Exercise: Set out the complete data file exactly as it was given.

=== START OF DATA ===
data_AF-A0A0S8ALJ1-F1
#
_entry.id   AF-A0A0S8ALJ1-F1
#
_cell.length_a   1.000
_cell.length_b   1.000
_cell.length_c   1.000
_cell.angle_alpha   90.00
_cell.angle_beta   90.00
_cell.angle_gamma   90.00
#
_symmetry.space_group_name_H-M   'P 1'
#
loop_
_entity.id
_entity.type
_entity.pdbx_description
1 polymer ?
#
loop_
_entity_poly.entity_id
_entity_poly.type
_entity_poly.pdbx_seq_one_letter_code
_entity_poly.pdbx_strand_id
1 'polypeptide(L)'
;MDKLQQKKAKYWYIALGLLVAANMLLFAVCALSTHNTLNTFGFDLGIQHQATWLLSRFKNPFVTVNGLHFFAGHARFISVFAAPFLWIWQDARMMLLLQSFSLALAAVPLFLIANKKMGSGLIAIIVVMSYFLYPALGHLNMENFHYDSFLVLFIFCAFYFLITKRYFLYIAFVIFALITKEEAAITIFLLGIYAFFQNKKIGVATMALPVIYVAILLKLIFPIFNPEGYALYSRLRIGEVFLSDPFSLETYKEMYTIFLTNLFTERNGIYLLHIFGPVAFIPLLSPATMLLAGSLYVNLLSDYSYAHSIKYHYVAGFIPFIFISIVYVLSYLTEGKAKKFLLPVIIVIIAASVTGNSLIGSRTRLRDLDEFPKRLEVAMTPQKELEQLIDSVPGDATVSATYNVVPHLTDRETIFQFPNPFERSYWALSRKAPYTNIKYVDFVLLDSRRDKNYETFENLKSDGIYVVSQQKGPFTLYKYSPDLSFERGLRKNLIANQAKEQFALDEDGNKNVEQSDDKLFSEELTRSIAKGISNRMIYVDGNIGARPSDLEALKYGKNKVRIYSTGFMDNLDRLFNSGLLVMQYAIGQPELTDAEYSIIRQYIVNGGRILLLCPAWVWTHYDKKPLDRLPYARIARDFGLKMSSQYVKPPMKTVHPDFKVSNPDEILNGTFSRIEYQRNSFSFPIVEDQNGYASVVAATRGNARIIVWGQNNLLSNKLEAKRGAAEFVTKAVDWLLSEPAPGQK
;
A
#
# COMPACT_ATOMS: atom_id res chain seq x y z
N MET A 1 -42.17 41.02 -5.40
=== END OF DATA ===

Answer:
data_AF-A0A0S8ALJ1-F1
#
_entry.id   AF-A0A0S8ALJ1-F1
#
_cell.length_a   1.000
_cell.length_b   1.000
_cell.length_c   1.000
_cell.angle_alpha   90.00
_cell.angle_beta   90.00
_cell.angle_gamma   90.00
#
_symmetry.space_group_name_H-M   'P 1'
#
loop_
_entity.id
_entity.type
_entity.pdbx_description
1 polymer ?
#
loop_
_entity_poly.entity_id
_entity_poly.type
_entity_poly.pdbx_seq_one_letter_code
_entity_poly.pdbx_strand_id
1 'polypeptide(L)'
;MDKLQQKKAKYWYIALGLLVAANMLLFAVCALSTHNTLNTFGFDLGIQHQATWLLSRFKNPFVTVNGLHFFAGHARFISVFAAPFLWIWQDARMMLLLQSFSLALAAVPLFLIANKKMGSGLIAIIVVMSYFLYPALGHLNMENFHYDSFLVLFIFCAFYFLITKRYFLYIAFVIFALITKEEAAITIFLLGIYAFFQNKKIGVATMALPVIYVAILLKLIFPIFNPEGYALYSRLRIGEVFLSDPFSLETYKEMYTIFLTNLFTERNGIYLLHIFGPVAFIPLLSPATMLLAGSLYVNLLSDYSYAHSIKYHYVAGFIPFIFISIVYVLSYLTEGKAKKFLLPVIIVIIAASVTGNSLIGSRTRLRDLDEFPKRLEVAMTPQKELEQLIDSVPGDATVSATYNVVPHLTDRETIFQFPNPFERSYWALSRKAPYTNIKYVDFVLLDSRRDKNYETFENLKSDGIYVVSQQKGPFTLYKYSPDLSFERGLRKNLIANQAKEQFALDEDGNKNVEQSDDKLFSEELTRSIAKGISNRMIYVDGNIGARPSDLEALKYGKNKVRIYSTGFMDNLDRLFNSGLLVMQYAIGQPELTDAEYSIIRQYIVNGGRILLLCPAWVWTHYDKKPLDRLPYARIARDFGLKMSSQYVKPPMKTVHPDFKVSNPDEILNGTFSRIEYQRNSFSFPIVEDQNGYASVVAATRGNARIIVWGQNNLLSNKLEAKRGAAEFVTKAVDWLLSEPAPGQK
;
A
#
# COMPACT_ATOMS: atom_id res chain seq x y z
N MET A 1 -42.17 41.02 -5.40